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Napa County child abuse cases fall — but there's a catch
Families

Napa County child abuse cases fall — but there's a catch

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Substantiated child abuse and neglect incidents fell 33% in 2020 in Napa County, but local officials say that this statistic is misleading.

Napa County Child Welfare Services last year received 1,243 referrals on its child abuse hotline, with 98 substantiated cases involving 162 children. That compares to 2019 totals of 1,726 referrals, with 149 substantiated cases involving 243 children.

The drop is due to having fewer eyes on children with the closure of schools during the pandemic, said a new report by the Child Abuse Prevention Council of Napa County.

“COVID certainly did not cure child abuse,” said Veronica Piper-Jefferson of county Child Welfare Services.

The Napa County Board of Supervisors last week heard a presentation from the council. Supervisor Brad Wagenknecht said he as a teacher has had to report possible child maltreatment cases.

“It really reinforces to me the need for all of us to be involved,” Wagenknecht said. “We all see these children in our neighborhoods and somewhere in our community.”

Even before the pandemic, Child Abuse Prevention Council officials said, child abuse and neglect cases were severely underreported. They estimated at least 500 children in the county are “suffering toxic stress, emotional trauma, physical abuse, neglect or all four.”

Of the 162 substantiated child abuse and neglect victims in 2020, 63 children were removed from their home, the report said.

People-of-color accounted for 54% of the referrals to Child Welfare Services, while accounting for less than 35% of the population. In addition, 67% of the referrals of child maltreatment were for neglect, the report said.

“Research suggests that concentrated poverty among demographic groups explains much of the difference in substantiated rates, particularly in substantiated rates of neglect,” the report said.

To that end, the report goes beyond listing statistics and looks at various ways to help families. Among them is having adequate, affordable child care.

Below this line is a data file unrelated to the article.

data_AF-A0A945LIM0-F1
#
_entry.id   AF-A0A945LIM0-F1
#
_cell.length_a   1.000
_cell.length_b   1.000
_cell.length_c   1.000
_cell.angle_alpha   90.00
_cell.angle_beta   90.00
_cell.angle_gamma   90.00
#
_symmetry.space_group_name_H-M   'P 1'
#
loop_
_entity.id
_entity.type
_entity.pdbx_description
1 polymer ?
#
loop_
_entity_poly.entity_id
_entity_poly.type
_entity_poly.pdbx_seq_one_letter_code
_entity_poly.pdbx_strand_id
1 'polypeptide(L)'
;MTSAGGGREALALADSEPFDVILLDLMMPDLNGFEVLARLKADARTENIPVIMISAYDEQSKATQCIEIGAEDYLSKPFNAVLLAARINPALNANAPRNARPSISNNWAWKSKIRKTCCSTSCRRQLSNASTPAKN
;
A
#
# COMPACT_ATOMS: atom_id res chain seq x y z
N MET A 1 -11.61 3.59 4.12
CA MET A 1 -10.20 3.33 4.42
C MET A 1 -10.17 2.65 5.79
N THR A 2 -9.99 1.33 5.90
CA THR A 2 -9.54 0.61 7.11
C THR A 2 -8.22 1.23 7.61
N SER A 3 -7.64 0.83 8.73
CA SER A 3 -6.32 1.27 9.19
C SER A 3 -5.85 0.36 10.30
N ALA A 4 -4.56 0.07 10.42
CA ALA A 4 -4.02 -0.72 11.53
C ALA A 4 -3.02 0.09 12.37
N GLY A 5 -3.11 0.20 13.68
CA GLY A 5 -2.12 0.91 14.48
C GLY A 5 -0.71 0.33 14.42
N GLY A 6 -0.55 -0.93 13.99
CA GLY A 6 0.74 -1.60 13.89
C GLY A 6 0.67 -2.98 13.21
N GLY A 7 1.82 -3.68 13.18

“Child care is essential for Napa County’s economic recovery, as most working families need child care in order to return to work,” it said. “Additionally, early care and education is critical for children to have a safe place to learn and get ready for a lifetime of learning, including kindergarten.”

The pandemic has been devastating for the early child care and education field. Napa County has lost seven child care sites, or 110 slots, the report found.

“Despite the importance of the child care, the coronavirus pandemic is extinguishing the early care and education industry, which consists mostly of small businesses, many operated by women of color,” the report said.

The cost for infant care in Napa County is almost $17,000 annually, more than the annual tuition for a University of California school, said Erika Lubensky of Community Resources for Children.

Forty-seven percent of local child care providers last September said they would have to close by April 2021 without additional money, Lubensky said. They had trouble securing federal COVID-19 business relief loans under the Paycheck Protection Program because of language barriers and a lack of technology and financial literacy.

Community Resources for Children harnessed public and private support to provide more than a million dollars in small business grants. Eighty child care providers received grants ranging from $3,000 to $32,000.

As a result, 82% of local child care businesses say they will be able to stay open for the next six months, the council report said.

Of these child care businesses, 94% are owned by women and 48% by minorities. Fifty-three percent of the owners have household incomes of less than $75,000 annually, Lubensky said.

As county residents receive vaccines, it remains to be seen whether working parents will find child care so they can fully return to work. The problem could particularly affect low-wage workers in lodging and hospitality and winery operations who have variable schedules and work nontraditional hours, the report said.

The Child Abuse Prevention Council urged the county to do such things as support legislation that supports community-based organizations working to prevent adverse childhood experiences and train county staff in child abuse and neglect reporting.

The Napa County Board of Supervisors declared April as Child Abuse Prevention Month.

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You can reach Barry Eberling at 256-2253 or beberling@napanews.com.

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Napa County Reporter

Barry Eberling covers Napa County government, transportation, the environment and general assignments. He has worked for the Napa Valley Register since fall 2014 and previously worked 27 years for the Daily Republic of Fairfield.

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